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Training modules/dashboard/slides/10321-citations-quiz


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Citations quizEdit

Test yourself!
Let's say you've made a properly cited contribution to an article. Another editor removes it, but doesn't explain why. What is the best response?
  1. Add it right back in. If they wanted to remove something, they should have asked you. (click to expand or collapse)
    INCORRECT! This is what's called an "edit war," and could get you blocked from editing! It can be rude for another editor to remove your contributions without an explanation. But Wikipedia requires you to "assume good faith" from other editors. If you don't understand something, ask about it on the Talk page, or ask your Content Expert for help. You'll find them linked from your course page.
  2. Explain what you added, again citing the source of that material, to the Talk page of the article. Or go to the user page of the editor who removed your content, and ask why they removed it. (click to expand or collapse)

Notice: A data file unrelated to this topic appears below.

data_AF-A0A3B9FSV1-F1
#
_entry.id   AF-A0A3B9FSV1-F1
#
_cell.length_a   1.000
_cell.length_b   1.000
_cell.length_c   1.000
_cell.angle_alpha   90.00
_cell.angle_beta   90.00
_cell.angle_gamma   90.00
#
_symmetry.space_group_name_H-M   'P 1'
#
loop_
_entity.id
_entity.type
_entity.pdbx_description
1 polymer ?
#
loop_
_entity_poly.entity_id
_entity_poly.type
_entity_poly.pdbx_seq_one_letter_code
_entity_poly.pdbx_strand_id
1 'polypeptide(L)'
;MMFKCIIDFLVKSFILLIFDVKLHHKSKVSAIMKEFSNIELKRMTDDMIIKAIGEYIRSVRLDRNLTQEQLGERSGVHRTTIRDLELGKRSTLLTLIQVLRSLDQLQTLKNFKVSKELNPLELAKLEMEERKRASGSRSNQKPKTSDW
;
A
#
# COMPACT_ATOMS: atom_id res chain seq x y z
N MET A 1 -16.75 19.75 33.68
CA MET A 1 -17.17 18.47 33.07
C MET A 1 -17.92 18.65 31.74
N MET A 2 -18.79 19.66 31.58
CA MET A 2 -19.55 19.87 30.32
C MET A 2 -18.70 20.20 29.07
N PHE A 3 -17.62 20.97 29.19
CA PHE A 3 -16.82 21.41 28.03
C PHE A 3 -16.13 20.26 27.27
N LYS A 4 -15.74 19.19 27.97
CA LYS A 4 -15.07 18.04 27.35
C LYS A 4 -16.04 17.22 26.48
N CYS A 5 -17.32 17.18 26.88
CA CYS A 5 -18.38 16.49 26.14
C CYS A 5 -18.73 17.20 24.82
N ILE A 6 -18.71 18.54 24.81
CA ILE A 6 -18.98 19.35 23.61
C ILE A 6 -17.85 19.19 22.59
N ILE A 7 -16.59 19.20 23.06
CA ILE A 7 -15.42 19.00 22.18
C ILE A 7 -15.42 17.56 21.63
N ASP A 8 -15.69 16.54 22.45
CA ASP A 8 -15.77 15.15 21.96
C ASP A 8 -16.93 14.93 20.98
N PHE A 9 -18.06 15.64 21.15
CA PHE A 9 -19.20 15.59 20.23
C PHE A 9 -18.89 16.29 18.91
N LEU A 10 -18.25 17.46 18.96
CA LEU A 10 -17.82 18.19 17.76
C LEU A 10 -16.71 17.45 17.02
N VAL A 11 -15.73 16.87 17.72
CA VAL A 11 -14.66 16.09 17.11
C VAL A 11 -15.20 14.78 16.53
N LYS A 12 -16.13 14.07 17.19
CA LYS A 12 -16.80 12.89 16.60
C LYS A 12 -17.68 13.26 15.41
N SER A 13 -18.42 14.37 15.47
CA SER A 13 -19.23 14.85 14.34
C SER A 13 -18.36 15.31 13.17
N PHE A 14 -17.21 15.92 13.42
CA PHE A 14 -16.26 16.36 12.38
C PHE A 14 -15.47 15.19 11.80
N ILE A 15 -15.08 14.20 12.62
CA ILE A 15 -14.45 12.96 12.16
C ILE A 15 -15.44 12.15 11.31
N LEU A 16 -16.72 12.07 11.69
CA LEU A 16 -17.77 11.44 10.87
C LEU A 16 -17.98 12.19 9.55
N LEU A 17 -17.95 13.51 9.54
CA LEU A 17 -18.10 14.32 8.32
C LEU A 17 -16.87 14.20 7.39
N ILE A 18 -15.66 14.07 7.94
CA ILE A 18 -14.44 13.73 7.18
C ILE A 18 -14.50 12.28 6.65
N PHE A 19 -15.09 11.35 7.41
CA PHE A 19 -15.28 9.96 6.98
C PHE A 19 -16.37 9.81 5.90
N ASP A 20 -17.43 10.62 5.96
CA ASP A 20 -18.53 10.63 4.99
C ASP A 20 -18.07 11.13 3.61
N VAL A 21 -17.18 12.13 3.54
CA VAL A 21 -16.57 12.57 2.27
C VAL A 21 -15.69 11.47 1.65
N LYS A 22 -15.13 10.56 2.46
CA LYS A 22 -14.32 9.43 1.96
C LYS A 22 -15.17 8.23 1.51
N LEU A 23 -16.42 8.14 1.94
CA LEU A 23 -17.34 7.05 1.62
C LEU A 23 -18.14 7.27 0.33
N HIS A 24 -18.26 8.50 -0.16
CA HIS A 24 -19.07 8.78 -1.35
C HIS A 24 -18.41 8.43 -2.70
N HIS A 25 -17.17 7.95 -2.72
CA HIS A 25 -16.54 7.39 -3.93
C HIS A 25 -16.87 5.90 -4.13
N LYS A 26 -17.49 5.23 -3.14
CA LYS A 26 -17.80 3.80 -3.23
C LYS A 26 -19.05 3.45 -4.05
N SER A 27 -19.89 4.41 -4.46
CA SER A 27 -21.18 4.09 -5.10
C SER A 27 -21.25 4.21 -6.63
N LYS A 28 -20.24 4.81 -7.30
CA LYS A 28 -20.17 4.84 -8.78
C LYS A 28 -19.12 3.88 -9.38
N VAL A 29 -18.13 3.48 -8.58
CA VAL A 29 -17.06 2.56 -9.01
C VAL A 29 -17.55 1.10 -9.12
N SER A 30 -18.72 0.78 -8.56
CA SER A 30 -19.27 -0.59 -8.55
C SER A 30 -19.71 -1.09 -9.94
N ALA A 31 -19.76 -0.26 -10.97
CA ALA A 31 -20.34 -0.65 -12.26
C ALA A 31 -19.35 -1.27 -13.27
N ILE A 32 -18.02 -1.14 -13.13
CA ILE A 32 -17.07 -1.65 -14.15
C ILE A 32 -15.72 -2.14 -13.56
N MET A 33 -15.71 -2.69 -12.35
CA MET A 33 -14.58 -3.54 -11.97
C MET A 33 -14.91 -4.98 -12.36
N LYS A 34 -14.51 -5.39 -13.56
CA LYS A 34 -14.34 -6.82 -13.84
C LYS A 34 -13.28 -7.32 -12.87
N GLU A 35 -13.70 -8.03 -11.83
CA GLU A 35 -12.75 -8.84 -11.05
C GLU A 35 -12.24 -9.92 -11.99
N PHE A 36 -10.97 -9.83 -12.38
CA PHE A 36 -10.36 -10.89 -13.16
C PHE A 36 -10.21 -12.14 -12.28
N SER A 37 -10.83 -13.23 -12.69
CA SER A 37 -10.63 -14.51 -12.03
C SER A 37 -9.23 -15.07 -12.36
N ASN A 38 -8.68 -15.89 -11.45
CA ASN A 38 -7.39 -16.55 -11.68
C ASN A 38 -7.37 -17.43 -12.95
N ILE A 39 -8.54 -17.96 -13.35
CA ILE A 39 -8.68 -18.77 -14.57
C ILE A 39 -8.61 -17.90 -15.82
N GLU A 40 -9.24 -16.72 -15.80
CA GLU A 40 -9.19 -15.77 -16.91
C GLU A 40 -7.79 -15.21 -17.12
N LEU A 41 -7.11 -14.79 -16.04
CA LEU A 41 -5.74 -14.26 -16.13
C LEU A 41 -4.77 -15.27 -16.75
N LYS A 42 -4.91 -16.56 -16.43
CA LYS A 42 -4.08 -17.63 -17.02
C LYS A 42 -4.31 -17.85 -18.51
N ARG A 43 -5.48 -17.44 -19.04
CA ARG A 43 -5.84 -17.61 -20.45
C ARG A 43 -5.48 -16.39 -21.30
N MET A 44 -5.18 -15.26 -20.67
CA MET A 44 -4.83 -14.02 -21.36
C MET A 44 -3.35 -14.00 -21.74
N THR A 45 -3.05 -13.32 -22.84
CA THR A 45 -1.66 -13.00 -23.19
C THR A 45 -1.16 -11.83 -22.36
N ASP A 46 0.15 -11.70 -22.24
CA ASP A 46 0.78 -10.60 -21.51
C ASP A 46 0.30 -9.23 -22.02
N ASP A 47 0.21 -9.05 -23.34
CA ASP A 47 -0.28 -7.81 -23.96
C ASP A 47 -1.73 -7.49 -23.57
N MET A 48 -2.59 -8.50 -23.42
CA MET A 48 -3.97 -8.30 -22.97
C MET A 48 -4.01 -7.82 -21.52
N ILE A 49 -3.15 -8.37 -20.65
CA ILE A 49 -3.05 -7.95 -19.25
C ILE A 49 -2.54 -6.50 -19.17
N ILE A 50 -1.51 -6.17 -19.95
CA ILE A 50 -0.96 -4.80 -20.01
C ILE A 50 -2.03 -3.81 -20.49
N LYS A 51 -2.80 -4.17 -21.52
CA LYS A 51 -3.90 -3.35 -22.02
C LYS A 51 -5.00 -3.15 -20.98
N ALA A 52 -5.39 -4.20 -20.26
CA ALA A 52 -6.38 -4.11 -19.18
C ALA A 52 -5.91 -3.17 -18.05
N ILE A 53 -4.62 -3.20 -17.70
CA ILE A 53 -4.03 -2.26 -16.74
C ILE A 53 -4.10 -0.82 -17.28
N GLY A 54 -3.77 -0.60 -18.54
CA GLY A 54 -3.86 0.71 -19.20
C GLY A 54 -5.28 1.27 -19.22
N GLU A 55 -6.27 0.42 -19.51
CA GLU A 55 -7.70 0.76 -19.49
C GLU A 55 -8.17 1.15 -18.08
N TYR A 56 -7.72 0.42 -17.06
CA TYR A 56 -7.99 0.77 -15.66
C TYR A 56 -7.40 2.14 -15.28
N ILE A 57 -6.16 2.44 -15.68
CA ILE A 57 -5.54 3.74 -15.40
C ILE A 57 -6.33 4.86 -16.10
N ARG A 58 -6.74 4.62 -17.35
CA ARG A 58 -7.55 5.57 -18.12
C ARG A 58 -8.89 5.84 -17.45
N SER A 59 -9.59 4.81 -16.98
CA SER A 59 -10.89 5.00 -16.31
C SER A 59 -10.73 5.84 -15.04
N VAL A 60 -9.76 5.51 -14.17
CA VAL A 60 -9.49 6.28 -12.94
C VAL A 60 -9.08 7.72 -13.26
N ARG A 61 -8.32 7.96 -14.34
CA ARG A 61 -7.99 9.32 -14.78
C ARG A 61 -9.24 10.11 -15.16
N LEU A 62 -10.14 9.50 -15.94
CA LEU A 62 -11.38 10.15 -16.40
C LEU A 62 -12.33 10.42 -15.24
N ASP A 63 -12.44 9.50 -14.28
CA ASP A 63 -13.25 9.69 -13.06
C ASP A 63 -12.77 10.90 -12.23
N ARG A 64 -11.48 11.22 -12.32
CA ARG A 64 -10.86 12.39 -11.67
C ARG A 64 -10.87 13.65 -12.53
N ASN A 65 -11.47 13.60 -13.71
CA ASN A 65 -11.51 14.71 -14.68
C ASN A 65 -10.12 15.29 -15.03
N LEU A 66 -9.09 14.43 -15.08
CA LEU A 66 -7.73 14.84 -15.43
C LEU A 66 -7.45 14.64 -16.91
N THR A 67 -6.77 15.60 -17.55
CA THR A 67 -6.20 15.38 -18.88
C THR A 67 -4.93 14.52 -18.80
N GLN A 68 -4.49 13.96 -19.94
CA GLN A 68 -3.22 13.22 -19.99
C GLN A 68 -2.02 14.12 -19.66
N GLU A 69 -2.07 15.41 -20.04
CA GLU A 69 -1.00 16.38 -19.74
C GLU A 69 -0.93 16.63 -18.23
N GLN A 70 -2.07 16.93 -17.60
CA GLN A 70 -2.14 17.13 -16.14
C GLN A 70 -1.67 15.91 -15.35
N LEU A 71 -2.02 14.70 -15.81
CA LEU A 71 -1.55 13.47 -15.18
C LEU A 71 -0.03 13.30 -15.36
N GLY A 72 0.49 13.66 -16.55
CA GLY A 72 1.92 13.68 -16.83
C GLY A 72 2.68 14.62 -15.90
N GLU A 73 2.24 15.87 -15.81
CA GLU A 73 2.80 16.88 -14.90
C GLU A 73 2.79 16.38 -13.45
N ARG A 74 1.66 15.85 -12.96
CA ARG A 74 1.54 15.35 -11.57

CORRECT! The best way to find out why something happened on Wikipedia is to ask why. It might illuminate a difference of opinion, or it could have been a misunderstanding. Assume good faith, and ask without accusations, and you can start to arrive at a consensus.
  3. Assume you used a bad source, or did something else wrong. Don't edit the article again until the due date, and hope your professor sees it before the other editor. (click to expand or collapse)
    INCORRECT! Wikipedia is "the free encyclopedia anyone can edit", and that includes you. If you aren't comfortable using the Talk page, or user page of the editor, there are other options. You can always ask your instructor, or the Content Expert listed on your course page. That's why they're there!
  4. Tell the Talk page that you're being graded, and that others should avoid editing the article until your teacher sees it. Write this message entirely in capital letters, to make sure other editors see it. (click to expand or collapse)
    NCORRECT! Remember, nobody "owns" articles on Wikipedia. Asking other editors to stop working on an article comes across as incredibly hostile (AND SO DOES TYPING IN ALL CAPITAL LETTERS). Your contributions are always saved on Wikipedia. If other editors remove or change your work, your instructor can still see what you've contributed in the article history page.

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